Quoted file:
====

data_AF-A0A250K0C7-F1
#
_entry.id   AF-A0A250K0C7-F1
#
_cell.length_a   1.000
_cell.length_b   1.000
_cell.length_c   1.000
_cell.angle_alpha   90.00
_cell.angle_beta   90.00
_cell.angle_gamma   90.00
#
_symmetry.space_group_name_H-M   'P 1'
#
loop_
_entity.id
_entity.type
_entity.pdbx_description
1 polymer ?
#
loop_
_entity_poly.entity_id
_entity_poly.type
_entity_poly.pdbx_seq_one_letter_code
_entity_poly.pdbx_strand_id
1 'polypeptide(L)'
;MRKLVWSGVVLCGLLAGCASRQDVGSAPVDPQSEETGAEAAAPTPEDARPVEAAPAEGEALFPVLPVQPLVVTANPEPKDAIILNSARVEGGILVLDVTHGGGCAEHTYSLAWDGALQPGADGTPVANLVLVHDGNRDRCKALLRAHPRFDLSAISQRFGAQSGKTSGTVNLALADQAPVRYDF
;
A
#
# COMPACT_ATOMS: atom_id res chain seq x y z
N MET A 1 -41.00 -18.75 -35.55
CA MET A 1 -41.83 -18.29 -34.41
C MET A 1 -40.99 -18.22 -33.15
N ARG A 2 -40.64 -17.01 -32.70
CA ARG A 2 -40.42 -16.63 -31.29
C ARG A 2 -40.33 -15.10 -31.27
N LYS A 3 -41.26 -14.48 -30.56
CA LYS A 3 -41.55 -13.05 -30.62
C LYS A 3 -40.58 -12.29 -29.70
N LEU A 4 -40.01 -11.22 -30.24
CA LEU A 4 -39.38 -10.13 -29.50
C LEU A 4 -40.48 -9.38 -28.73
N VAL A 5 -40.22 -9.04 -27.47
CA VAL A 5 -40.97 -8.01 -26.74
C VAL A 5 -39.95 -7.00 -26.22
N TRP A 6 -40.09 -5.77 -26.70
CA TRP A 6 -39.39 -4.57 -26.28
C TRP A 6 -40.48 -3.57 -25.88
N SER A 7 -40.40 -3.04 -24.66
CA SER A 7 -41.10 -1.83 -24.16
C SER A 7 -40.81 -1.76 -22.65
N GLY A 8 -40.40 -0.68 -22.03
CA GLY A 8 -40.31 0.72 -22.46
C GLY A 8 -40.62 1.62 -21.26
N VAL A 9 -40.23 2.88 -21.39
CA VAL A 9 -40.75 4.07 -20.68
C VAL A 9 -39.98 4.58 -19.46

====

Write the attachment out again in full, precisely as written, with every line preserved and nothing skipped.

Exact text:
data_AF-A0A250K0C7-F1
#
_entry.id   AF-A0A250K0C7-F1
#
_cell.length_a   1.000
_cell.length_b   1.000
_cell.length_c   1.000
_cell.angle_alpha   90.00
_cell.angle_beta   90.00
_cell.angle_gamma   90.00
#
_symmetry.space_group_name_H-M   'P 1'
#
loop_
_entity.id
_entity.type
_entity.pdbx_description
1 polymer ?
#
loop_
_entity_poly.entity_id
_entity_poly.type
_entity_poly.pdbx_seq_one_letter_code
_entity_poly.pdbx_strand_id
1 'polypeptide(L)'
;MRKLVWSGVVLCGLLAGCASRQDVGSAPVDPQSEETGAEAAAPTPEDARPVEAAPAEGEALFPVLPVQPLVVTANPEPKDAIILNSARVEGGILVLDVTHGGGCAEHTYSLAWDGALQPGADGTPVANLVLVHDGNRDRCKALLRAHPRFDLSAISQRFGAQSGKTSGTVNLALADQAPVRYDF
;
A
#
# COMPACT_ATOMS: atom_id res chain seq x y z
N MET A 1 -41.00 -18.75 -35.55
CA MET A 1 -41.83 -18.29 -34.41
C MET A 1 -40.99 -18.22 -33.15
N ARG A 2 -40.64 -17.01 -32.70
CA ARG A 2 -40.42 -16.63 -31.29
C ARG A 2 -40.33 -15.10 -31.27
N LYS A 3 -41.26 -14.48 -30.56
CA LYS A 3 -41.55 -13.05 -30.62
C LYS A 3 -40.58 -12.29 -29.70
N LEU A 4 -40.01 -11.22 -30.24
CA LEU A 4 -39.38 -10.13 -29.50
C LEU A 4 -40.48 -9.38 -28.73
N VAL A 5 -40.22 -9.04 -27.47
CA VAL A 5 -40.97 -8.01 -26.74
C VAL A 5 -39.95 -7.00 -26.22
N TRP A 6 -40.09 -5.77 -26.70
CA TRP A 6 -39.39 -4.57 -26.28
C TRP A 6 -40.48 -3.57 -25.88
N SER A 7 -40.40 -3.04 -24.66
CA SER A 7 -41.10 -1.83 -24.16
C SER A 7 -40.81 -1.76 -22.65
N GLY A 8 -40.40 -0.68 -22.03
CA GLY A 8 -40.31 0.72 -22.46
C GLY A 8 -40.62 1.62 -21.26
N VAL A 9 -40.23 2.88 -21.39
CA VAL A 9 -40.75 4.07 -20.68
C VAL A 9 -39.98 4.58 -19.46